Towards two o'clock the women of the settlement,
on their side, made an application to Maigrat.
There was only this hope left, to bend this man
and to wrench from him another week's credit. The
idea originated with Maheude, who often counted
too much on people's good-nature. She persuaded
the Brulé and the Levaque to accompany her;
as to Pierronne, she excused herself, saying that
she could not leave Pierron, whose illness still
continued. Other women joined the band till they
numbered quite twenty. When the inhabitants of
Montsou saw them arrive, gloomy and wretched,
occupying the whole width of the road, they shook
their heads anxiously. Doors were closed, and one
lady hid her plate. It was the first time they
had been seen thus, and there could not be a worse
sign: usually everything was going to ruin when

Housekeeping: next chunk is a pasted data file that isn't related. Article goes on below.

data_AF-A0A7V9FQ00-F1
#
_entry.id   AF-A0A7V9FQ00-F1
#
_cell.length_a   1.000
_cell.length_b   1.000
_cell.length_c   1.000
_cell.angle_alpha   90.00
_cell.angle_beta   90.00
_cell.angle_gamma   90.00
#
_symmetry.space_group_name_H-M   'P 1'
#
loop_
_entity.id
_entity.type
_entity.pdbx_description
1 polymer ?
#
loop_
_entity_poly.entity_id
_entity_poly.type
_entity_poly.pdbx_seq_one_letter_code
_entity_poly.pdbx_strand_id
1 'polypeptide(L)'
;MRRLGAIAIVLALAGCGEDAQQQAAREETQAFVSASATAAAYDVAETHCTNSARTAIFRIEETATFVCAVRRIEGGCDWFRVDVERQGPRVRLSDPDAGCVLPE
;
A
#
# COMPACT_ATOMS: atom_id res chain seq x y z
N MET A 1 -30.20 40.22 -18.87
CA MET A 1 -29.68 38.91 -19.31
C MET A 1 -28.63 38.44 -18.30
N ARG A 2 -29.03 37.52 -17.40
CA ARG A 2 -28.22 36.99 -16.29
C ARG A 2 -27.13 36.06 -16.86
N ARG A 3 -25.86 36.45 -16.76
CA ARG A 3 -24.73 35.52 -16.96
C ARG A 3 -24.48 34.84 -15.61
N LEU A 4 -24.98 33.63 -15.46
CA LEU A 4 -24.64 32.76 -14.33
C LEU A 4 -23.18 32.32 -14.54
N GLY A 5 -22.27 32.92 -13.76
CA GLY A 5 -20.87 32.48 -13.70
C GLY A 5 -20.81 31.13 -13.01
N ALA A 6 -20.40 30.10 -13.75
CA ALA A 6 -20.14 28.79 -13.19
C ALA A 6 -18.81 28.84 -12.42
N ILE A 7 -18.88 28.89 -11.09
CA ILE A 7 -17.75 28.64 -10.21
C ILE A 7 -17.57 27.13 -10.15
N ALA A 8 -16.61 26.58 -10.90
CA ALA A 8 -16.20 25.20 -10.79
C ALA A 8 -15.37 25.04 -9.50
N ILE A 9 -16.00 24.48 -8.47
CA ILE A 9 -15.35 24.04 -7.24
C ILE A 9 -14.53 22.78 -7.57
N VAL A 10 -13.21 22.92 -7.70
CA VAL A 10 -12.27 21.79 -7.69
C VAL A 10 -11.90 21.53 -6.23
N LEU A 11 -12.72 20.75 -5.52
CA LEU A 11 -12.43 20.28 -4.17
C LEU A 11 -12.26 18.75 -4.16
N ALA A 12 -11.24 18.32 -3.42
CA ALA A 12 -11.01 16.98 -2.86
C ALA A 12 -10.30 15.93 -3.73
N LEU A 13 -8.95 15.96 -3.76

the women thus took to the roads. At Maigrat's
there was a violent scene. At first, he had made
them go in, jeering and pretending to believe that
they had come to pay their debts: that was nice of
them to have agreed to come and bring the money
all at once. Then, as soon as Maheude began to
speak he pretended to be enraged. Were they
making fun of people? More credit! Then they
wanted to turn him into the street? No, not a
single potato, not a single crumb of bread! And
he told them to be off to the grocer Verdonck, and
to the bakers Carouble and Smelten, since they now
dealt with them. The women listened with timid
humility, apologizing, and watching his eyes to
see if he would relent. He began to joke,
offering his shop to the Brulé if she would
have him as a lover. They were all so cowardly